A suspected U.S. missile strike on a car killed two alleged militants and a civilian in northwestern Pakistan on Wednesday, intelligence officials said, a day after the U.S.-allied country reiterated its opposition to such attacks to visiting American officials.

The suspected strike indicates the Obama administration is unlikely to give up a Bush-era tactic American officials say has killed a string of Al Qaeda operatives, even if it strains the relationship with Islamabad.

The attack came as residents elsewhere in Pakistan's northwest tried to push out a group of Taliban militants who ventured into their territory from their stronghold in the Swat Valley and killed five people. In the south, meanwhile, police announced the arrest of five men alleged to be planning suicide attacks on the city of Karachi.

The latest suspected missile strike occurred near Wana, the main town in the South Waziristan tribal region, according to two local intelligence officials. A drone had been flying over the area, and the missile landed after people in the car fired at the aircraft, the officials said, citing informants and agents in the field.

The attack also damaged some shops in the village of Shin Warsak, wounding at least five villagers and killing one, they said.

One of the intelligence officials said the slain militants were from Pakistan's eastern Punjab province. The officials said Taliban fighters took away their associates' bodies. The two spoke on condition of anonymity because they were not authorized to talk to the media.

U.S. officials rarely discuss or acknowledge the missile campaign, which has escalated since August. Several dozen such strikes have been carried out in Pakistan's northwest.

On Tuesday, Pakistani Foreign Minister Shah Mahmood Qurshi said his country wants a trusting relationship with the United States during a news conference with U.S. envoy Richard Holbrooke and Adm. Mike Mullen, chairman of the U.S. Joint Chiefs of Staff.

On the subject of the missile strikes, Qureshi said there was "a gap" between the two sides' thinking.

Pakistan says the strikes are a violation of its sovereignty and fuel anti-American sentiment and sympathy for the Taliban.

Despite the strikes and a range of government efforts to stem the insurgency — from controversial peace deals to army offensives — militants appear to be extending their reach across Pakistan from the lawless tribal regions that border Afghanistan.

Police said a group of Pakistani Taliban fighters crossed late Monday from the Swat Valley into Buner, a previously peaceful district on the Indus River just 60 miles (100 kilometers) northwest of the capital, Islamabad.

After the militants ignored appeals from community leaders to go back, armed tribesmen and police confronted them, sparking a battle that left three officers and two tribesmen dead, local police officer Zakir Khan said. Khan said more than a dozen Taliban also died but provided no evidence to back that assertion.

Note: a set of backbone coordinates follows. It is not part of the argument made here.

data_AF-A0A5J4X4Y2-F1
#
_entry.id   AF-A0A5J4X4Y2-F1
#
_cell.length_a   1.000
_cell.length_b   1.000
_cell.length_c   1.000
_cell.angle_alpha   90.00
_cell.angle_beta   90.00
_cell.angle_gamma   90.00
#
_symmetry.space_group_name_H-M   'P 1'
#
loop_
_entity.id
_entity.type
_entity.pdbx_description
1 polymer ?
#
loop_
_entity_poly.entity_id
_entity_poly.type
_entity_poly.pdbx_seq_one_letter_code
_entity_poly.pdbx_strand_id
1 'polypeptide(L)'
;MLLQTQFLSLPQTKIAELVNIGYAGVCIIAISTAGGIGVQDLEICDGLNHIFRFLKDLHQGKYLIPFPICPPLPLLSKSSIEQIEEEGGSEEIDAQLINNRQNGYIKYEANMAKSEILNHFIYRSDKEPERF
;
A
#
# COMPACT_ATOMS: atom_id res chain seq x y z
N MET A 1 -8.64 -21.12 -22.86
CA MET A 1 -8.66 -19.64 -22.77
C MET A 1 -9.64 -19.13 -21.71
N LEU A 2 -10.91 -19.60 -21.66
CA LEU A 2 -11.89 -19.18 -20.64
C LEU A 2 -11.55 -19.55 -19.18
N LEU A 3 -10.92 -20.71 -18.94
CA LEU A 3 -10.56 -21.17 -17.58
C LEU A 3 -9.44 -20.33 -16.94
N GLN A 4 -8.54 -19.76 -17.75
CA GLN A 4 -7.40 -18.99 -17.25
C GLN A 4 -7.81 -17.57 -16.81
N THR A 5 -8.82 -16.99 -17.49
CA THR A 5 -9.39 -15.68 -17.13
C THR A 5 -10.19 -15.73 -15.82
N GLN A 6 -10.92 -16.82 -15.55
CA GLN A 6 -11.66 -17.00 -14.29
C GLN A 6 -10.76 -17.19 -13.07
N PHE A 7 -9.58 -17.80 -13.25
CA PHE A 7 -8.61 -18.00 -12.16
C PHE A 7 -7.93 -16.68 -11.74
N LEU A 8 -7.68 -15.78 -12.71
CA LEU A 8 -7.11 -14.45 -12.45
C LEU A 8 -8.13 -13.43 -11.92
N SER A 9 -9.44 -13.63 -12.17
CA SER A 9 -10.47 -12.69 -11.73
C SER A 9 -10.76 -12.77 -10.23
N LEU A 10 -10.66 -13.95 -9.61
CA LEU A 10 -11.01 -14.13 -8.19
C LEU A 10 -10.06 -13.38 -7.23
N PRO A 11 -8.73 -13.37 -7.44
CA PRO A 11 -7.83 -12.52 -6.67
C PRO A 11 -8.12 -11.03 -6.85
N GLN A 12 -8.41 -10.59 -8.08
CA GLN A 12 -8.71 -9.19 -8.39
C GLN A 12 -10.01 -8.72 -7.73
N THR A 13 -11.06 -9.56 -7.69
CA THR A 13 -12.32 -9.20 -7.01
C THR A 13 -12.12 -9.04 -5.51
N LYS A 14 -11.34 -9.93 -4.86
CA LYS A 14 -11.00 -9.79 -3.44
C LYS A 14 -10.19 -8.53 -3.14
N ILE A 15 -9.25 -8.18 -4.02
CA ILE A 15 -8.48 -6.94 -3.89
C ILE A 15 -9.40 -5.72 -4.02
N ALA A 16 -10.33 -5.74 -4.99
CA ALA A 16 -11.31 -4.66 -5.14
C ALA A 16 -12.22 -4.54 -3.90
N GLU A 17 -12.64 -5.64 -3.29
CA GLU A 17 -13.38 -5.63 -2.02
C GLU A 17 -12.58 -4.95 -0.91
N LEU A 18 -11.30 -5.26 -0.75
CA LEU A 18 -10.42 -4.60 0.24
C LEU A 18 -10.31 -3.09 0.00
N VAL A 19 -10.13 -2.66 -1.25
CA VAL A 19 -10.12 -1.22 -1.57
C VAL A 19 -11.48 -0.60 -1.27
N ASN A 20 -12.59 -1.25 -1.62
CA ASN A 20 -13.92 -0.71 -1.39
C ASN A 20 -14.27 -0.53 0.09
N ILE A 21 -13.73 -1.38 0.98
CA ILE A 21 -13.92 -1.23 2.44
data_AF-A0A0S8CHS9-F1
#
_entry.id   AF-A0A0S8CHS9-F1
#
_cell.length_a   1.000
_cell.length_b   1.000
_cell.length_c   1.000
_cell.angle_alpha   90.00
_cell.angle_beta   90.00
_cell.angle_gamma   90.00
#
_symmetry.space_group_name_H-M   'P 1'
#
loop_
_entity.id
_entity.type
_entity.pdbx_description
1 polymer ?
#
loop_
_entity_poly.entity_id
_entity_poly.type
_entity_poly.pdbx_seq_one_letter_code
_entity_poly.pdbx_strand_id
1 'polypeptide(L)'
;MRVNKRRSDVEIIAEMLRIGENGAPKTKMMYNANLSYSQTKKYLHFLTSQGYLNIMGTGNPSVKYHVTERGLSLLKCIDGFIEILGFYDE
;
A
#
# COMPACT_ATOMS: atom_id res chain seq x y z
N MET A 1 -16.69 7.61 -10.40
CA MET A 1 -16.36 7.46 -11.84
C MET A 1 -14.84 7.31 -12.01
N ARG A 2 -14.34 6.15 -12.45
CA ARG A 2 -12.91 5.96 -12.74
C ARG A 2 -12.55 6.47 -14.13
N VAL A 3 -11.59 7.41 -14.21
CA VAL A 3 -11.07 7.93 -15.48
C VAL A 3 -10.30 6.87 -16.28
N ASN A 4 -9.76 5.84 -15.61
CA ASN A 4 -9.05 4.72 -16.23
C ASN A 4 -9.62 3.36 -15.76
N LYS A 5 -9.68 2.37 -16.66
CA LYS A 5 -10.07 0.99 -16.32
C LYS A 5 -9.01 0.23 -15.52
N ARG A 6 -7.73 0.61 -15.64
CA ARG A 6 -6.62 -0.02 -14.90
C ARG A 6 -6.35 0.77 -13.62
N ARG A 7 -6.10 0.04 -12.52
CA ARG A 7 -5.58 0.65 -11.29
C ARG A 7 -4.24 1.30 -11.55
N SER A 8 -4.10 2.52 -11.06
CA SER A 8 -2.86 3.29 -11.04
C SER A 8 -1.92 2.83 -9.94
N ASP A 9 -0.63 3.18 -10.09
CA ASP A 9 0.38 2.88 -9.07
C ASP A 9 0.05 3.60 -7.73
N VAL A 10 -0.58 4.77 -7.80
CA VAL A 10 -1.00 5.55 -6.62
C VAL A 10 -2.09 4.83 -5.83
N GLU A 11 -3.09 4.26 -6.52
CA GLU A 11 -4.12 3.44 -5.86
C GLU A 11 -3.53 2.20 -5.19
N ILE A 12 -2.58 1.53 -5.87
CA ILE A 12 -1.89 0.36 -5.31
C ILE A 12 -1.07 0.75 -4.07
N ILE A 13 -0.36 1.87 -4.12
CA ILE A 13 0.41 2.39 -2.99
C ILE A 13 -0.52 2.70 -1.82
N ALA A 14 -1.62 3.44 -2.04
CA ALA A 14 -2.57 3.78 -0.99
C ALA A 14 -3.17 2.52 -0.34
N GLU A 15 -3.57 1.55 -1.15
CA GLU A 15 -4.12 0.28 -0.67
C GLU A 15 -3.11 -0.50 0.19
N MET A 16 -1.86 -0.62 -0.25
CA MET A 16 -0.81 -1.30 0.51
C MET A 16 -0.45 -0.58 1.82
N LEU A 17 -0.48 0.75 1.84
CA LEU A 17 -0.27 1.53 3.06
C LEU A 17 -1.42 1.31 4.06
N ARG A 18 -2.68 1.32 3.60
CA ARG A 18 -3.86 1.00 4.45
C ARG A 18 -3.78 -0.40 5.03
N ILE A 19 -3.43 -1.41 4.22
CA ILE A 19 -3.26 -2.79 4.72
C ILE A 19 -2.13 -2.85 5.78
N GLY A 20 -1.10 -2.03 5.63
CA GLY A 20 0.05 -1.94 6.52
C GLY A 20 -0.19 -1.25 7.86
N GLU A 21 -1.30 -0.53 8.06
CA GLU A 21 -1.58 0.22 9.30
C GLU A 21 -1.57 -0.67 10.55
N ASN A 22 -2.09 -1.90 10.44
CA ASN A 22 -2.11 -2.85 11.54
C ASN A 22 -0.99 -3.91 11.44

Behramand Khan, another police official in Buner, said negotiations were under way for the militants to withdraw.

Taliban spokesman Muslim Khan denied the militants were trying to expand their presence into Buner, calling the incident a "misunderstanding" stemming from some Taliban fighters' desire to visit a local cleric.

"They didn't know that the mullah was not there in his village," Muslim Khan said. "When they entered Buner, some people there informed the police and came out of their houses against the Taliban and opened fire on them. When the information about the attack spread, some other Taliban went to reinforce them."

Iqbal Khan, an area resident, said tribal elders had asked villages to arrange militias to defend against any encroaching Taliban. He said about 200 militants had arrived at one point, and that many were still there.

"The situation is very tense. We are very worried," Khan said, adding that a tribal council was expected to meet on the matter soon. He said the government seemed unable to mediate.

The provincial government agreed in February to impose Islamic law in Swat and surrounding areas to halt 18 months of terror and bloody fighting between militants and security forces that killed hundreds of people.

But President Asif Ali Zardari has yet to sign an order introducing the new legal system, fueling speculation that Washington is pressing him to hold back and that the cease-fire between the militants and the army won't hold.

Al Qaeda and the Pakistani Taliban have forged links with a variety of other militant groups in the country.

Police officials in the southern city of Karachi said the five suspects arrested Tuesday were members of Lashkar-e-Jhangvi, a group blamed in the past for vicious attacks on minority Shiite Muslims but increasingly associated with Al Qaeda and the Taliban.

The suspects were arrested in the Sohrab Goth area, a hub for Afghan refugees and tribesmen from Pakistan's South Waziristan tribal region. Weapons, explosives and chemicals also were recovered, city police Chief Wasim Ahmad told reporters.

He said the suspects planned to strike government offices and Shiite gatherings in the city.

He said they had previously attacked a critical U.S. and NATO military supply line that runs from Karachi through Pakistan's northwest, but did not elaborate.